Building Information Modelling, gives the opportunity for project teams to create accurate, data-rich and ultimately buildable models that can be used to determine greater building efficiency, not just in terms of time and money but also for the whole life cost of the asset. Problems can be resolved in the model space to eliminate the issue of costly errors or re-working on site. Fabrication level detailing allows ‘as-will-be-built’ models to be created and then shared with all the project parties.
If the question is "What is BIM?", buildability should be a fundamental part of the answer. With Tekla, buildability is the foundation of BIM software. We produce our software to meet the needs of the industry, and concentrating on the “I” in BIM - the more information a model includes, the more beneficial it is to all project parties.
Buildability is a practical, everyday issue for construction teams. Because construction is a process the software should support the whole workflow including any requirements for change management. Equally, as buildings comprise of several materials, software should be able to handle the same.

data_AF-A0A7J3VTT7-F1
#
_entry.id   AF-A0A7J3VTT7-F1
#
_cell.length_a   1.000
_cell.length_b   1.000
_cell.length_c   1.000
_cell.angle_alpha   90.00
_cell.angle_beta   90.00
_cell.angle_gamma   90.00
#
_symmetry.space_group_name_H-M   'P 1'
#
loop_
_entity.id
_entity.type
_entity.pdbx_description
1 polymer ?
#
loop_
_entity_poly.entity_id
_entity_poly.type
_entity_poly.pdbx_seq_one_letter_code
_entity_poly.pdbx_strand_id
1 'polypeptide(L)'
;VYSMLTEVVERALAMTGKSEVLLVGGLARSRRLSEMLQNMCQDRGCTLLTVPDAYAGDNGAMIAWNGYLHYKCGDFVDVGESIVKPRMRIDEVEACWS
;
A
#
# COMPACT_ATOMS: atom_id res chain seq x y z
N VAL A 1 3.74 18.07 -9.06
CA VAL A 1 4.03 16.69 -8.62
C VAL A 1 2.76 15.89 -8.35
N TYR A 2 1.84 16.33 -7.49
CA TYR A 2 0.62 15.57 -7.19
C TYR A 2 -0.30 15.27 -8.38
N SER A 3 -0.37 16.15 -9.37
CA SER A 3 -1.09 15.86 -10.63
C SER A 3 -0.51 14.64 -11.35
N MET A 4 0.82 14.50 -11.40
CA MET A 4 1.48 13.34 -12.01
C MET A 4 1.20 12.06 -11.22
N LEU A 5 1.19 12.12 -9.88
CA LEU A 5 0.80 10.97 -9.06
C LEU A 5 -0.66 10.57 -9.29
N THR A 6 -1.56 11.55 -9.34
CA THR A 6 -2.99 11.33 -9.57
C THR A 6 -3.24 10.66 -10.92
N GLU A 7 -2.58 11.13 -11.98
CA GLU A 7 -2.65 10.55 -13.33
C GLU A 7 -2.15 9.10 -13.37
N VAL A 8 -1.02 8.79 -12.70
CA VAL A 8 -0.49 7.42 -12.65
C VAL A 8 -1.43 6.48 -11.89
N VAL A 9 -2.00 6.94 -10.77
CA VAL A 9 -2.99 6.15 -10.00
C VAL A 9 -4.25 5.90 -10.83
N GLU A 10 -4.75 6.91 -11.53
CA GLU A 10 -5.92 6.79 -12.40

The creation of ‘as-will-be-built’ models allow the industry to make informed decisions early in the process. Tekla Structures is made for creating, combining and distributing highly developed, accurate and information-rich structural models using any material. Through this, project teams can create best value solutions, manage changes, avoid errors, find clashes and produce better quality schemes with less waste.
Bigger, better, cheaper, faster – now
Current trends in construction promote buildability but equally there is a move towards increasingly complicated architecture. This requires designers and builders to find ever more innovative solutions, and then realise these. The need to deliver these schemes safely and successfully places more pressure on the design and preconstruction teams to resolve issues earlier in the design phase. Building with models allows these concerns to be addressed accurately and transparently.
Cost pressures are ever present. By using models, buildings can be checked to confirm that they can be delivered cheaper, better and faster. Processes can be planned and scheduled and potential issues in the design phase detected well before starting construction. This removes the need, and risk, associated with ad-hoc problem solving on site.
Off-site building is another trend that makes accurate information crucial. It is gaining ground as the industry heads towards savings and a higher level of automation. Ever larger units, such as steel-roof assemblies and factory-built bathrooms, arrive prefabricated to the construction site to be installed just on time. Naturally, every such item needs to fit exactly and be manufactured to the overall construction programme. This is another process where accurate, 'as-will-be built', up-to-date information that can be easily found needs to be available – sounds like building with models.